Selectmen Split on Demolishing ‘Mead Park Brick Barn’


Selectman Kit Devereaux on Tuesday called for the town to halt the planned demolition of the structure known as the “Mead Park Brick Barn” on Richmond Hill Road. 

Mead Park Brick Barn or Richmond Hill Garage. Photo submitted by Robin Beckett

While many in town, including Devereaux herself, are “not necessarily attached to the building,” she said, “I have huge regard for the [New Canaan] Preservation Alliance.”

“And I think if they have got a plan and they want to move forward with this, we can save $65,000 and we can honor an important organization,” Devereaux said at the Board of Selectmen’s regular meeting, held in Town Hall, referring to the estimated cost of demolition. “It has been standing there for over 100 years. I do not understand what a year or two more will matter.”

As of now, the Brick Barn—or “Richmond Hill garage,” as it alternately is known—is slated for demolition Oct. 23.

The town on July 14 applied to demolish the 1911-built structure on the northern edge of Mead Park where Standard Oil’s horse-drawn delivery wagons used to fill containers for fuel delivery in New Canaan. A formal objection to its razing led to a 90-day demolition delay, and since then, preservationists have tried to figure out a way to spare the building. However, First Selectman Kevin Moynihan has said the NCPA’s proposal had no credibility, and at the board meeting Tuesday reiterated his position.

“The problem with the plan is that it doesn’t have a purpose,” Moynihan said. “Besides the fact that Planning & Zoning probably would not approve [a change of use]. It is in a park. The preponderance of the feeling of the people in town—I get a lot of feedback from the people in town—I think the Parks and Recreation Commission does not want it in the park, sitting there as a museum, it has no value as museum.”

Though Selectman Nick Williams agreed with Moynihan that the building cannot be converted into a museum, but rather needs “to have some purpose,” he said that if private dollars are in place to rehabilitate and maintain it to a useful end, that could work.

“It’s been there 110 years so if we are talking about a delay of an additional few months in order for folks to ‘hard circle’ not ‘soft circle’ capital to renovate and rehab it, I might be in favor of that, but I need to see dollars put forth,” Williams said. 

Williams called for the Brick Barn “either to be fixed soon—very soon—and rehabilitated, or torn down.”

“I am conflicted,” he said.

Sentiment among those who have weighed in on the building’s future at public hearings appears to be divided.

The Town Council itself voted to a 6-6 tie in May on whether to include $65,000 to raze the barn as part of a larger bonding package—a tie that Moynihan broke, as per the Town Charter.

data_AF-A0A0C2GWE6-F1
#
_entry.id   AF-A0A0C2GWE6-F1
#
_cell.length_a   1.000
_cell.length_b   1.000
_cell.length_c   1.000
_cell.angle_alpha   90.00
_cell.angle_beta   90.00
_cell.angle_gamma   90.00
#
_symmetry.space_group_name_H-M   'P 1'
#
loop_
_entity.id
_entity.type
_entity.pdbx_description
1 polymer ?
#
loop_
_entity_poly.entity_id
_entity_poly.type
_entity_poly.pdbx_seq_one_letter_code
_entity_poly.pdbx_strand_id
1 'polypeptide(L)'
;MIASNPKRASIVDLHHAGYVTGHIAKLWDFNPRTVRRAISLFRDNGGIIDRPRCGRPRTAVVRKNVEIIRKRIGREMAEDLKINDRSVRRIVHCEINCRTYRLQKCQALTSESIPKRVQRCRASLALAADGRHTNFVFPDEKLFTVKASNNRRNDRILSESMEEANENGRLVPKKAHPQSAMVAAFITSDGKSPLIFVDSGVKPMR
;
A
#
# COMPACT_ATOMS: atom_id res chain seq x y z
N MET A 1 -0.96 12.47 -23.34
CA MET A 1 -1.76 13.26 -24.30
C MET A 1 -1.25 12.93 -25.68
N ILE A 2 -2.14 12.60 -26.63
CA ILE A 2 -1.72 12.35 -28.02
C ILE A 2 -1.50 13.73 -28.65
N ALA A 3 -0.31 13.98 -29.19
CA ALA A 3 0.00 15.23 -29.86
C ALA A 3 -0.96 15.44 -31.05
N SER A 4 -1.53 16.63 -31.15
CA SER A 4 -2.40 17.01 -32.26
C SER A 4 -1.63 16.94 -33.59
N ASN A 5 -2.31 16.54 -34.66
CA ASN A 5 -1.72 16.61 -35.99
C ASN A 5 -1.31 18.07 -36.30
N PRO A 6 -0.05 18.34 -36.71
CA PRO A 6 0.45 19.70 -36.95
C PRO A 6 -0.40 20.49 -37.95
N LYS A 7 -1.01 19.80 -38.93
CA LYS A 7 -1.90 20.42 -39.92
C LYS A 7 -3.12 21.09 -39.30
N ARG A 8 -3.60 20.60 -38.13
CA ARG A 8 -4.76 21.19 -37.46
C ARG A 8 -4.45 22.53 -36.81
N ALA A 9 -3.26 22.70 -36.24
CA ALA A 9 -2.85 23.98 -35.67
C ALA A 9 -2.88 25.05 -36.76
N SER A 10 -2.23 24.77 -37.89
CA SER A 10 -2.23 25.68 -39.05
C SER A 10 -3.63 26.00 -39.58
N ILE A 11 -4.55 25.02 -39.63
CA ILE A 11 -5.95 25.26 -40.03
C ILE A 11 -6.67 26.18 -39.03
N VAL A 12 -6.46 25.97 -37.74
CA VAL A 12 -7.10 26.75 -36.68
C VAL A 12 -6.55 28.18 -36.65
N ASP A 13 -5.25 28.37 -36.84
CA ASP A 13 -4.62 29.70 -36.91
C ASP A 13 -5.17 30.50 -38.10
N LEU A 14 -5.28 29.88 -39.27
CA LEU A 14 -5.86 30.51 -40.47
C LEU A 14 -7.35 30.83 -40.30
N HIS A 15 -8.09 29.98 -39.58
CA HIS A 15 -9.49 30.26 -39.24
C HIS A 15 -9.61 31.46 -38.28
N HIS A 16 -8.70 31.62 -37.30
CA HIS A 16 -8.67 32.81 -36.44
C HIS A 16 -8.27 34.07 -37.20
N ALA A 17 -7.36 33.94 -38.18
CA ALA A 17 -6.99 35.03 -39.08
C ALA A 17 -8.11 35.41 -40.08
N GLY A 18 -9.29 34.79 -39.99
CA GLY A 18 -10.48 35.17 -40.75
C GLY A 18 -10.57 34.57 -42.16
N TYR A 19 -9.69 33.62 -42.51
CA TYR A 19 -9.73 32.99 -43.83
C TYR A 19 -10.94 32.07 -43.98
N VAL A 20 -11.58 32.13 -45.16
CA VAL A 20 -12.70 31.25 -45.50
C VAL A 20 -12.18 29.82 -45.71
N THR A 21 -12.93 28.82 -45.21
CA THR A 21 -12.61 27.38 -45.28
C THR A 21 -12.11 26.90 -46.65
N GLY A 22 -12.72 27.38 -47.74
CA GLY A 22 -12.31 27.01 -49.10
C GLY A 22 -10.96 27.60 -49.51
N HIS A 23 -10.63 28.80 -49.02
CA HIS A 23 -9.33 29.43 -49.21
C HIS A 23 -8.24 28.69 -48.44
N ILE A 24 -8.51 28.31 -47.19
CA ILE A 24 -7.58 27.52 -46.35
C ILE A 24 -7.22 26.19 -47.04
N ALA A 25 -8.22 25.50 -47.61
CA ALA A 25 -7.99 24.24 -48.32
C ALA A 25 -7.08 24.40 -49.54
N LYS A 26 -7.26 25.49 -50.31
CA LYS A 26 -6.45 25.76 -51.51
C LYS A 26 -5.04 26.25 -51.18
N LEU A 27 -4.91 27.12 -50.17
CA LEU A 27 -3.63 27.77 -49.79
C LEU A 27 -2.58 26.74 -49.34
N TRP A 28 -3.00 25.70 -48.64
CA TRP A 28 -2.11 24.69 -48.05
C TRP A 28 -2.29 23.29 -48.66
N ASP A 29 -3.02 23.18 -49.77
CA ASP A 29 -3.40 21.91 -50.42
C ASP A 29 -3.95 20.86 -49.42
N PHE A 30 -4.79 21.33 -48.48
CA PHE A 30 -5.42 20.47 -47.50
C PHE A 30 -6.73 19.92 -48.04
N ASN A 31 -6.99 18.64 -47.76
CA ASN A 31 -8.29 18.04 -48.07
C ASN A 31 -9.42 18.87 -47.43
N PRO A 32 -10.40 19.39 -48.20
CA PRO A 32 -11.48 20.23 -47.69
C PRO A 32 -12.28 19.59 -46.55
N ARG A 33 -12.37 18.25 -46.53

Devereaux said during the selectmen meeting that if the same vote had been taken now, it would have gone the other way. 

“We can’t redo votes,” Moynihan responded.

It isn’t clear just how, as a practical matter, the demolition could stop at this point, unless the property owner—the town—decided to rescind the demolition permit that it issued (to itself) in July, and vowed not to put in for another one. It’s also possible that a majority of selectmen could forego a vote or vote against the contracts for demolition work when the company that wins a bid for it comes before the board.

At a Town Council meeting last week where residents lined up to speak both in favor of and against demolition—including two direct neighbors who want the building taken down—officials cited findings from the town attorney that the legislative body itself cannot rescind allocated money. 

At the Board of Selectmen meeting, one of the councilmen who voted against razing the Brick Barn back in May, Joe Paladino, called for the town to support the NCPA’s plan for renovation and preservation.

Paladino complimented Moynihan as a “doer” who did “more on the Town Council than most anyone.”

“You see something, you get it done—and I appreciate that,” Paladino said. “There is another side to this. To have the New Canaan Preservation Alliance taking over this building, renovate it and repurpose it, is going to take away the ‘eyesore’ that is the argument to take it down. So, to me it’s a win-win.”

Williams said the question of what to do with the Brick Barn has shined a light on two larger preservation issues facing New Canaan. First, Williams said he’d been told that the town does not maximize it’s ability to obtain funding for preservation.

“I am told other towns have done that,” Williams said. “I’m told Westport has done that. That is a bigger issue, if true, because with all the tax dollars we send to Hartford and we send to [Washington] D.C., I want to make sure we maximize our allotment of preservation funds, whether that’s the brick building or a Harvard Five house.”

Williams also said he wants to understand the consequences of demolishing the Brick Barn in terms of how it may jeopardize future funding from the state for preservation projects.

“Preservationists in Hartford could say, ‘Well, New Canaan doesn’t care about preservation’—I hope that’s not the case,” he said.

One thought on “Selectmen Split on Demolishing ‘Mead Park Brick Barn’

  1. I would sincerely hope that the first selectmen remain focused on the overwhelming desire of the surrounding neighbors to continue with the demolition plan.

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